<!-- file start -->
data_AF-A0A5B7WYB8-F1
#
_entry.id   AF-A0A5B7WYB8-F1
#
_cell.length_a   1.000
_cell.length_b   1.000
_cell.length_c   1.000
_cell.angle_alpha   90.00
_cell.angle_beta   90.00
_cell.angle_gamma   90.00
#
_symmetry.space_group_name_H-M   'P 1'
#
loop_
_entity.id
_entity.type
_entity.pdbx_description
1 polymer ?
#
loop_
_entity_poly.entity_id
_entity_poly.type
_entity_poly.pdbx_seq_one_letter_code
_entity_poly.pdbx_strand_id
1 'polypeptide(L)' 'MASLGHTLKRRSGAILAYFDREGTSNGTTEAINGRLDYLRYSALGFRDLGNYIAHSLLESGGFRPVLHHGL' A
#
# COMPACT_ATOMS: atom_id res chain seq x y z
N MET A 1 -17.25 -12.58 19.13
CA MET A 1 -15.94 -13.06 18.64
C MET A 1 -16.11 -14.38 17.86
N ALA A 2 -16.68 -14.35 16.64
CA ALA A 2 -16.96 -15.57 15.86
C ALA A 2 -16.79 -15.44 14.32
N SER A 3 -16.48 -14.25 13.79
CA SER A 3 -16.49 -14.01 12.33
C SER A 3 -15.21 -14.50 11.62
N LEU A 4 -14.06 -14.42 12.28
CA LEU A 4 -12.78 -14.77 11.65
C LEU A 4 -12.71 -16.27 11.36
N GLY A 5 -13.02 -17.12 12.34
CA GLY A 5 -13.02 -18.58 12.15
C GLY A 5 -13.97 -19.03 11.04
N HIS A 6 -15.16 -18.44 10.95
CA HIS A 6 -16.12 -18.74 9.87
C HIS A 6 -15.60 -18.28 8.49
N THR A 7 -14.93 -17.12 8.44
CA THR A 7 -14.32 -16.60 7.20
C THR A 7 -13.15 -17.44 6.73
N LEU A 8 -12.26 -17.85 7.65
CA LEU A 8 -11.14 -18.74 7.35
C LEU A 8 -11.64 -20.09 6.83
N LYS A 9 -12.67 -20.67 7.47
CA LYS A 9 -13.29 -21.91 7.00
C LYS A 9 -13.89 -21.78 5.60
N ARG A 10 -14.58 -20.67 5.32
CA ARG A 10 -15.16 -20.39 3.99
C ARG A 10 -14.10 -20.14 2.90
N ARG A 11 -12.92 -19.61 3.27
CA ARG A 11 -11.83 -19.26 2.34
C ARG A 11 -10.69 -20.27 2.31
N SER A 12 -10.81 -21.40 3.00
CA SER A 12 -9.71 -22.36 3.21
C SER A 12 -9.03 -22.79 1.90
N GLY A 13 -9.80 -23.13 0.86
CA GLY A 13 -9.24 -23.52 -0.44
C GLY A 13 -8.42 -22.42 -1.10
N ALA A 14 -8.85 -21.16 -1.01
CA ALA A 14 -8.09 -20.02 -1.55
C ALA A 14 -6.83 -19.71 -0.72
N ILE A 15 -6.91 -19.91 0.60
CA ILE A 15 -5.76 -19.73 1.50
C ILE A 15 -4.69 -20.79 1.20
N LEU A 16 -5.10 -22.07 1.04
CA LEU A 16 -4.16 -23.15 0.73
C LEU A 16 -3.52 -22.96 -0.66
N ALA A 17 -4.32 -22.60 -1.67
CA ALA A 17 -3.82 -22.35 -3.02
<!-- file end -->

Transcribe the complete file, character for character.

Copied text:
data_AF-A0A5B7WYB8-F1
#
_entry.id   AF-A0A5B7WYB8-F1
#
_cell.length_a   1.000
_cell.length_b   1.000
_cell.length_c   1.000
_cell.angle_alpha   90.00
_cell.angle_beta   90.00
_cell.angle_gamma   90.00
#
_symmetry.space_group_name_H-M   'P 1'
#
loop_
_entity.id
_entity.type
_entity.pdbx_description
1 polymer ?
#
loop_
_entity_poly.entity_id
_entity_poly.type
_entity_poly.pdbx_seq_one_letter_code
_entity_poly.pdbx_strand_id
1 'polypeptide(L)' 'MASLGHTLKRRSGAILAYFDREGTSNGTTEAINGRLDYLRYSALGFRDLGNYIAHSLLESGGFRPVLHHGL' A
#
# COMPACT_ATOMS: atom_id res chain seq x y z
N MET A 1 -17.25 -12.58 19.13
CA MET A 1 -15.94 -13.06 18.64
C MET A 1 -16.11 -14.38 17.86
N ALA A 2 -16.68 -14.35 16.64
CA ALA A 2 -16.96 -15.57 15.86
C ALA A 2 -16.79 -15.44 14.32
N SER A 3 -16.48 -14.25 13.79
CA SER A 3 -16.49 -14.01 12.33
C SER A 3 -15.21 -14.50 11.62
N LEU A 4 -14.06 -14.42 12.28
CA LEU A 4 -12.78 -14.77 11.65
C LEU A 4 -12.71 -16.27 11.36
N GLY A 5 -13.02 -17.12 12.34
CA GLY A 5 -13.02 -18.58 12.15
C GLY A 5 -13.97 -19.03 11.04
N HIS A 6 -15.16 -18.44 10.95
CA HIS A 6 -16.12 -18.74 9.87
C HIS A 6 -15.60 -18.28 8.49
N THR A 7 -14.93 -17.12 8.44
CA THR A 7 -14.32 -16.60 7.20
C THR A 7 -13.15 -17.44 6.73
N LEU A 8 -12.26 -17.85 7.65
CA LEU A 8 -11.14 -18.74 7.35
C LEU A 8 -11.64 -20.09 6.83
N LYS A 9 -12.67 -20.67 7.47
CA LYS A 9 -13.29 -21.91 7.00
C LYS A 9 -13.89 -21.78 5.60
N ARG A 10 -14.58 -20.67 5.32
CA ARG A 10 -15.16 -20.39 3.99
C ARG A 10 -14.10 -20.14 2.90
N ARG A 11 -12.92 -19.61 3.27
CA ARG A 11 -11.83 -19.26 2.34
C ARG A 11 -10.69 -20.27 2.31
N SER A 12 -10.81 -21.40 3.00
CA SER A 12 -9.71 -22.36 3.21
C SER A 12 -9.03 -22.79 1.90
N GLY A 13 -9.80 -23.13 0.86
CA GLY A 13 -9.24 -23.52 -0.44
C GLY A 13 -8.42 -22.42 -1.10
N ALA A 14 -8.85 -21.16 -1.01
CA ALA A 14 -8.09 -20.02 -1.55
C ALA A 14 -6.83 -19.71 -0.72
N ILE A 15 -6.91 -19.91 0.60
CA ILE A 15 -5.76 -19.73 1.50
C ILE A 15 -4.69 -20.79 1.20
N LEU A 16 -5.10 -22.07 1.04
CA LEU A 16 -4.16 -23.15 0.73
C LEU A 16 -3.52 -22.96 -0.66
N ALA A 17 -4.32 -22.60 -1.67
CA ALA A 17 -3.82 -22.35 -3.02